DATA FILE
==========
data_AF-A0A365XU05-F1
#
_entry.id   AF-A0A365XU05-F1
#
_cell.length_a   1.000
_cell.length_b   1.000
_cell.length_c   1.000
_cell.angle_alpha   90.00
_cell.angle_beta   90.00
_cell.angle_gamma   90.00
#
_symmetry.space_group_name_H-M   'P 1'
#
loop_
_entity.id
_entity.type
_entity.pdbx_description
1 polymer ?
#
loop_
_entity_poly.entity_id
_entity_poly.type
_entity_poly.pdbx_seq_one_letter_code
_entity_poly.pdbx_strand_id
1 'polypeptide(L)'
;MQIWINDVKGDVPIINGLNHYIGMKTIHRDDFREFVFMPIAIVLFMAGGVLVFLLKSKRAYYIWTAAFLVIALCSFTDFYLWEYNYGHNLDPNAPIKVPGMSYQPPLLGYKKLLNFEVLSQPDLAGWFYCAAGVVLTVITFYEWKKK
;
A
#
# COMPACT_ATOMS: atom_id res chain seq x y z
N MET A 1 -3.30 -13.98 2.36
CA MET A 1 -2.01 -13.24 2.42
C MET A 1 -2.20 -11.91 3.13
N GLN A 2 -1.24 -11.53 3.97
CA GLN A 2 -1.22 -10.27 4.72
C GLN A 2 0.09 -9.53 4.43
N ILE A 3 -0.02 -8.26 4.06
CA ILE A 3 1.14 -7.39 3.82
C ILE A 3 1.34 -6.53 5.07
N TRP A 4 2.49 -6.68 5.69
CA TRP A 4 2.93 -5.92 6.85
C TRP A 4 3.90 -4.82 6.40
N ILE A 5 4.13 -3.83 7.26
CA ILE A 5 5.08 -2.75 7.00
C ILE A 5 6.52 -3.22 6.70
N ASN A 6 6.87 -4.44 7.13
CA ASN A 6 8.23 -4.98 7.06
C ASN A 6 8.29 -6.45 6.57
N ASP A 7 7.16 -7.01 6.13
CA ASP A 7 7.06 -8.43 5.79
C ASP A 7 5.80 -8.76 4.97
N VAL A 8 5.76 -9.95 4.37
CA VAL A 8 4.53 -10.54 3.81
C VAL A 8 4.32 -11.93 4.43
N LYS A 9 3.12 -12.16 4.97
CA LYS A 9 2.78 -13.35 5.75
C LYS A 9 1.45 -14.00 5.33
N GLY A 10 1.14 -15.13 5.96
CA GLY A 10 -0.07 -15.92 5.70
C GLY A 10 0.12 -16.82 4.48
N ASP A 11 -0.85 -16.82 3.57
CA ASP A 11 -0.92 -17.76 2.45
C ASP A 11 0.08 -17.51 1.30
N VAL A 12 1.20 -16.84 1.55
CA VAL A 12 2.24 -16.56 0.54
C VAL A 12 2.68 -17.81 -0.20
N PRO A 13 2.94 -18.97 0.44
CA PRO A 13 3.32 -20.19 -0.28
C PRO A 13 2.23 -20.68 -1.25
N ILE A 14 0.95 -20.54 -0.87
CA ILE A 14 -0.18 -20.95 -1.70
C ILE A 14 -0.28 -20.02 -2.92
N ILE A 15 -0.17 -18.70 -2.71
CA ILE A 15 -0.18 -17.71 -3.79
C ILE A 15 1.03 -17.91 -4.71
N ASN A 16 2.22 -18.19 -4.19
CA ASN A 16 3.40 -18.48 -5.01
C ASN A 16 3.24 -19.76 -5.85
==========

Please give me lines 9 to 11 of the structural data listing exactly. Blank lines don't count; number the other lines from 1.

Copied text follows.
_cell.angle_beta   90.00
_cell.angle_gamma   90.00
#